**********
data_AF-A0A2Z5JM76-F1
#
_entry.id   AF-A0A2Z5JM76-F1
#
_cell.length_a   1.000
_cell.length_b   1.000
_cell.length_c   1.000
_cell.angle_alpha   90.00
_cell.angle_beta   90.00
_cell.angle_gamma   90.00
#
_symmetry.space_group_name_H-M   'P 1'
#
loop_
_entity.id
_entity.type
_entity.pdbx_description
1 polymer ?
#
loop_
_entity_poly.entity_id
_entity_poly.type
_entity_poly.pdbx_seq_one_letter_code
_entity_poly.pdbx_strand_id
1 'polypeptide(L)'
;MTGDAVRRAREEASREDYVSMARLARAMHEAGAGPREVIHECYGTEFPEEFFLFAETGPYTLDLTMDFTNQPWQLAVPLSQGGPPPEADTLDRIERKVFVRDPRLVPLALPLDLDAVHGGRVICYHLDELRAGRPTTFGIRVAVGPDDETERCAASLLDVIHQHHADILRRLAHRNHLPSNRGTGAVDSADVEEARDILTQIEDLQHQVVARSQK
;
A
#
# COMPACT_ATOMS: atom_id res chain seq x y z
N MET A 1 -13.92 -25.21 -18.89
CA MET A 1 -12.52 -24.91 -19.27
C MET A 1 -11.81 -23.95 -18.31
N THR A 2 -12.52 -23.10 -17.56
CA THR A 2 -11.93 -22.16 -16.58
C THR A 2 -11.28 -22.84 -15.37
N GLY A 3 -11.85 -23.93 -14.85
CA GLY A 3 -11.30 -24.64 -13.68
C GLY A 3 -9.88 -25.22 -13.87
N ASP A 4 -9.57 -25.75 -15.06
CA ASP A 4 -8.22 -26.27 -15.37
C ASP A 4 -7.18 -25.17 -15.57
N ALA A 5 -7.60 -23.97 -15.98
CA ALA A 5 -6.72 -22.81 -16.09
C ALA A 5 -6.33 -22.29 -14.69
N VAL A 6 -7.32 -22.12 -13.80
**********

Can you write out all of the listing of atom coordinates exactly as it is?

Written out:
data_AF-A0A2Z5JM76-F1
#
_entry.id   AF-A0A2Z5JM76-F1
#
_cell.length_a   1.000
_cell.length_b   1.000
_cell.length_c   1.000
_cell.angle_alpha   90.00
_cell.angle_beta   90.00
_cell.angle_gamma   90.00
#
_symmetry.space_group_name_H-M   'P 1'
#
loop_
_entity.id
_entity.type
_entity.pdbx_description
1 polymer ?
#
loop_
_entity_poly.entity_id
_entity_poly.type
_entity_poly.pdbx_seq_one_letter_code
_entity_poly.pdbx_strand_id
1 'polypeptide(L)'
;MTGDAVRRAREEASREDYVSMARLARAMHEAGAGPREVIHECYGTEFPEEFFLFAETGPYTLDLTMDFTNQPWQLAVPLSQGGPPPEADTLDRIERKVFVRDPRLVPLALPLDLDAVHGGRVICYHLDELRAGRPTTFGIRVAVGPDDETERCAASLLDVIHQHHADILRRLAHRNHLPSNRGTGAVDSADVEEARDILTQIEDLQHQVVARSQK
;
A
#
# COMPACT_ATOMS: atom_id res chain seq x y z
N MET A 1 -13.92 -25.21 -18.89
CA MET A 1 -12.52 -24.91 -19.27
C MET A 1 -11.81 -23.95 -18.31
N THR A 2 -12.52 -23.10 -17.56
CA THR A 2 -11.93 -22.16 -16.58
C THR A 2 -11.28 -22.84 -15.37
N GLY A 3 -11.85 -23.93 -14.85
CA GLY A 3 -11.30 -24.64 -13.68
C GLY A 3 -9.88 -25.22 -13.87
N ASP A 4 -9.57 -25.75 -15.06
CA ASP A 4 -8.22 -26.27 -15.37
C ASP A 4 -7.18 -25.17 -15.57
N ALA A 5 -7.60 -23.97 -15.98
CA ALA A 5 -6.72 -22.81 -16.09
C ALA A 5 -6.33 -22.29 -14.69
N VAL A 6 -7.32 -22.12 -13.80